Enter your mobile number or email address below and we'll send you a link to download the free Kindle App. Then you can start reading Kindle books on your smartphone, tablet, or computer - no Kindle device required.
To get the free app, enter your mobile phone number.
UX for Lean Startups: Faster, Smarter User Experience Research and Design Hardcover – May 26, 2013
Frequently bought together
Customers who bought this item also bought
From the Publisher
|Running Lean||Lean Analytics||Lean Enterprise||Lean UX||Lean Customer Development||Lean Branding|
|Find further titles in this series||Iterate from Plan A to a Plan That Works||Use Data to Build a Better Startup Faster||How High Performance Organizations Innovate at Scale||Designing Great Products with Agile Teams||Building Products Your Customers Will Buy||Creating Dynamic Brands to Generate Conversion|
Q&A with Laura Klein, author of "UX for Lean Startups"
Q. Why is your book timely-- what makes it important right now?
A. We’re seeing a massive increase in the demand for well-designed, easy-to-use products. At the same time, we’re seeing an incredible shortage of designers who can work at the sort of fast-paced, data-driven, innovative startups that are popping up. UX for Lean Startups helps teach founders and entrepreneurs the basics of research, design, and UX so that they can build products people love and companies that can grow.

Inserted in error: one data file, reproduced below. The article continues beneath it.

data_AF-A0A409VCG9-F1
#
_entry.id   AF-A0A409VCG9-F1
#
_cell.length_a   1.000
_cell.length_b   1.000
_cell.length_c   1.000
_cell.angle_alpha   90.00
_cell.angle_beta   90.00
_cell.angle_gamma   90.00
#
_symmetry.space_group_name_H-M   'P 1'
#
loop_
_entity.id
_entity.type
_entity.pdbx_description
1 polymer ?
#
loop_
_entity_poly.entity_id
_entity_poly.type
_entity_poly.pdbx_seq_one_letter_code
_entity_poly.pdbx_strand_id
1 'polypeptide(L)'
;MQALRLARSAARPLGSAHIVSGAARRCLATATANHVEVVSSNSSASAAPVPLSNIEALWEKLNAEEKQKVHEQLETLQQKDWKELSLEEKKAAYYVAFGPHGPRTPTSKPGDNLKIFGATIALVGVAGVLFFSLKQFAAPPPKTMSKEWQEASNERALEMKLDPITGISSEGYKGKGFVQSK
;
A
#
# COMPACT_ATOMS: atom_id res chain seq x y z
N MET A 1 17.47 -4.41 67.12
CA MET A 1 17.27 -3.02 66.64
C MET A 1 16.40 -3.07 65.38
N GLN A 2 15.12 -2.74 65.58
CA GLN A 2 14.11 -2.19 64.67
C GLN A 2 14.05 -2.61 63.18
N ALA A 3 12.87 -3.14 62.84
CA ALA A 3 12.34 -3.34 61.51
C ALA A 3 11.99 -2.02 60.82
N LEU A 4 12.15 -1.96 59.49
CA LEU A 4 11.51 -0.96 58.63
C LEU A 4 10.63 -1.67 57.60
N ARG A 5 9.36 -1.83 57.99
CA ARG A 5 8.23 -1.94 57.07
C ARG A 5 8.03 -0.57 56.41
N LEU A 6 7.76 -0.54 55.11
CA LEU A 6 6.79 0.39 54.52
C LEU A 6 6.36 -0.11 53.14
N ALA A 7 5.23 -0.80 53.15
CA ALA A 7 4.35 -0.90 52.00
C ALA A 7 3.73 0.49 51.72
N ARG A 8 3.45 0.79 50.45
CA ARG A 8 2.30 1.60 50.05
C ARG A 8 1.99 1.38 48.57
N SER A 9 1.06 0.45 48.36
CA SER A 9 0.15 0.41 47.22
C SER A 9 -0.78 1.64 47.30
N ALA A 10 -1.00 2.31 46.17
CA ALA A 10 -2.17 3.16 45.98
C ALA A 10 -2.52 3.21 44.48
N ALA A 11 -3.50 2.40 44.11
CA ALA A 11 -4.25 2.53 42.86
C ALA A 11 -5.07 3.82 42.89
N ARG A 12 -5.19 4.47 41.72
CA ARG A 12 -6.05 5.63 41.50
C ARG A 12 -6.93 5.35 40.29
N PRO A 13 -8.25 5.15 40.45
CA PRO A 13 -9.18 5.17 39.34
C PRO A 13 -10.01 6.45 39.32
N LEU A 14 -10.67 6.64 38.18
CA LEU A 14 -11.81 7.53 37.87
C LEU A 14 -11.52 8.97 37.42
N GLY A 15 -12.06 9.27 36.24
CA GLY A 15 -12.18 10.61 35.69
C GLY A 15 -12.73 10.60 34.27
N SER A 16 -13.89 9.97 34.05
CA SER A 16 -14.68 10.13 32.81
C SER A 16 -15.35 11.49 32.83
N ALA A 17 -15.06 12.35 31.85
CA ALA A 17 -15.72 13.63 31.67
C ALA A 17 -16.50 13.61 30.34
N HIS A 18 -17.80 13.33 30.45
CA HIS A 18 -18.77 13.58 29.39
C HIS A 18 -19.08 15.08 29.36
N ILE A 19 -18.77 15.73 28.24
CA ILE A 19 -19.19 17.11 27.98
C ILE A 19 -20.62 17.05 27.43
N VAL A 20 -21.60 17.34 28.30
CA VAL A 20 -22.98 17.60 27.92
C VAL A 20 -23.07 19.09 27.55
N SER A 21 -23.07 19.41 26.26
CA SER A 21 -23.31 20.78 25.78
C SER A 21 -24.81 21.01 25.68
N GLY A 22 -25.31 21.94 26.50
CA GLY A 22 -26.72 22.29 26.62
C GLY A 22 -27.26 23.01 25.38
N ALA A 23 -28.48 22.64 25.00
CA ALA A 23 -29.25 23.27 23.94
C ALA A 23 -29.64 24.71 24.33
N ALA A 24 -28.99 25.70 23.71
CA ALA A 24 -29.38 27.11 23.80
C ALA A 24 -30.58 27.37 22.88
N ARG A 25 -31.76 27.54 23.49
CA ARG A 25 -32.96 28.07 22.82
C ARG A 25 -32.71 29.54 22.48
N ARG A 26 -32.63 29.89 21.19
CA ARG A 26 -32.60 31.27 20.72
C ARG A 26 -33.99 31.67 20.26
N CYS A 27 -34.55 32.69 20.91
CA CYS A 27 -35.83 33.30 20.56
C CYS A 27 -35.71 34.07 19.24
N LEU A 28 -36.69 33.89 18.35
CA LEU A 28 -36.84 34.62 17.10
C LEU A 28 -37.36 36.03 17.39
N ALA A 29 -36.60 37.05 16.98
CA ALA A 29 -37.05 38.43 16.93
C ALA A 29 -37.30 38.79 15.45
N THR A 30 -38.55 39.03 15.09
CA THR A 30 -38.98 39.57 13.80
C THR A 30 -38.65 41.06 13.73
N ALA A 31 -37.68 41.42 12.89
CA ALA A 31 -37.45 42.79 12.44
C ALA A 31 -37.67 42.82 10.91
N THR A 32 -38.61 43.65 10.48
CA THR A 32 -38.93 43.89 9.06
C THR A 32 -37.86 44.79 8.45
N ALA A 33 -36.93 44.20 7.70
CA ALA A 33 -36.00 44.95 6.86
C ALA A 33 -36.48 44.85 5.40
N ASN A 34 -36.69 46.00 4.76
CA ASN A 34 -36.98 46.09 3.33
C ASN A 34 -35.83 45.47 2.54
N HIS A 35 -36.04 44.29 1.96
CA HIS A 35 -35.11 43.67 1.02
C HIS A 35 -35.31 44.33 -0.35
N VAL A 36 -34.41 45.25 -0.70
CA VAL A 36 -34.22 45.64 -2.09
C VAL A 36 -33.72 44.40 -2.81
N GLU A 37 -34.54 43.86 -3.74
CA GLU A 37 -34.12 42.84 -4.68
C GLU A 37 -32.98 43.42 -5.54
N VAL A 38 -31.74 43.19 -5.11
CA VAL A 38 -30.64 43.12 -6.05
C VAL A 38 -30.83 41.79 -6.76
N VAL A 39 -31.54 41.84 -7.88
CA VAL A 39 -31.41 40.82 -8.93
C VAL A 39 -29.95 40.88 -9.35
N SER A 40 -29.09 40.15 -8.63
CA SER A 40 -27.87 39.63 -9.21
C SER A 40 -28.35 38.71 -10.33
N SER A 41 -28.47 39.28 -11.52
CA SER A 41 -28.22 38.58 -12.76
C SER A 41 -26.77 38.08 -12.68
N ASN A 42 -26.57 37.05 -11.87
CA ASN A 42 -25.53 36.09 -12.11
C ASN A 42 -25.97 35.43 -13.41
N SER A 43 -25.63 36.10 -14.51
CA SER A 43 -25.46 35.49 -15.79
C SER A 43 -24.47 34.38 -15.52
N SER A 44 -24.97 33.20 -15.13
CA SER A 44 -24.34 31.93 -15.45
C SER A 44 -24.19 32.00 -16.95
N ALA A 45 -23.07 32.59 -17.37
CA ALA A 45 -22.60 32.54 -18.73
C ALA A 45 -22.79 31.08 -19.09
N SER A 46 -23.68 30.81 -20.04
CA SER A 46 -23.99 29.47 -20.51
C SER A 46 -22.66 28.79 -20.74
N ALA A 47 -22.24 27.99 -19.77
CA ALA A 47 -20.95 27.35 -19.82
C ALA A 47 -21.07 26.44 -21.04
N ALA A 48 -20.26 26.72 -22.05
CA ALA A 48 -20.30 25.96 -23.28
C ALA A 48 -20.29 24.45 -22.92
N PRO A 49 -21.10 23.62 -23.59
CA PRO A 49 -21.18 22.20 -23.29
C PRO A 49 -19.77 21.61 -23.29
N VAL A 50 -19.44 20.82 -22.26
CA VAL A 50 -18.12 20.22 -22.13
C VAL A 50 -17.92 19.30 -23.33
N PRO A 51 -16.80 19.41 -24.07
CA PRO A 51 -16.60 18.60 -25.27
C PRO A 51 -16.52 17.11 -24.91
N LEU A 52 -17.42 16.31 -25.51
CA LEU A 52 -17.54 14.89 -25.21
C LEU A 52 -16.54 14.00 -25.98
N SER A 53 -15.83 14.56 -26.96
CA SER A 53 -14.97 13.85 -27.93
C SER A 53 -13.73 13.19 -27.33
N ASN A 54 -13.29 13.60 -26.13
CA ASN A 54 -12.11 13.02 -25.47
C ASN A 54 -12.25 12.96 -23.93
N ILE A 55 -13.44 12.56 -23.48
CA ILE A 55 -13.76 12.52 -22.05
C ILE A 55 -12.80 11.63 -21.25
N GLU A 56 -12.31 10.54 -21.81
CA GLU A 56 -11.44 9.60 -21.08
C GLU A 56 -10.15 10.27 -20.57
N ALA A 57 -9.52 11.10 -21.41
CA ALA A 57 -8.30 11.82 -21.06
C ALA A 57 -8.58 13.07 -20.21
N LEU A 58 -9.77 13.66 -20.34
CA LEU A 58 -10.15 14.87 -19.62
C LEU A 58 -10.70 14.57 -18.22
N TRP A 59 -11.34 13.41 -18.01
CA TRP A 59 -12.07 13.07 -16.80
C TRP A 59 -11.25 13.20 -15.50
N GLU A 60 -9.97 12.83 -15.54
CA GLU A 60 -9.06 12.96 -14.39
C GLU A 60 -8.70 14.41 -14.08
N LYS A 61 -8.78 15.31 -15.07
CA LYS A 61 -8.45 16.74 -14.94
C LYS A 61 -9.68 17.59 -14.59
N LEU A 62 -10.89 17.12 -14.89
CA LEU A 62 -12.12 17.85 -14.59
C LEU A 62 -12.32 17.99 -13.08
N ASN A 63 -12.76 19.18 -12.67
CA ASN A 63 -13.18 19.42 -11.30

Q. What information do you hope that readers of your book will walk away with?
A. I hope that everybody who reads the book will be able to learn from their customers and turn that information into products that people will actually buy. I want startups to stop building things people don’t want and can’t use. This book can help them do that.
Q. What's the most exciting and/or important thing happening in your space?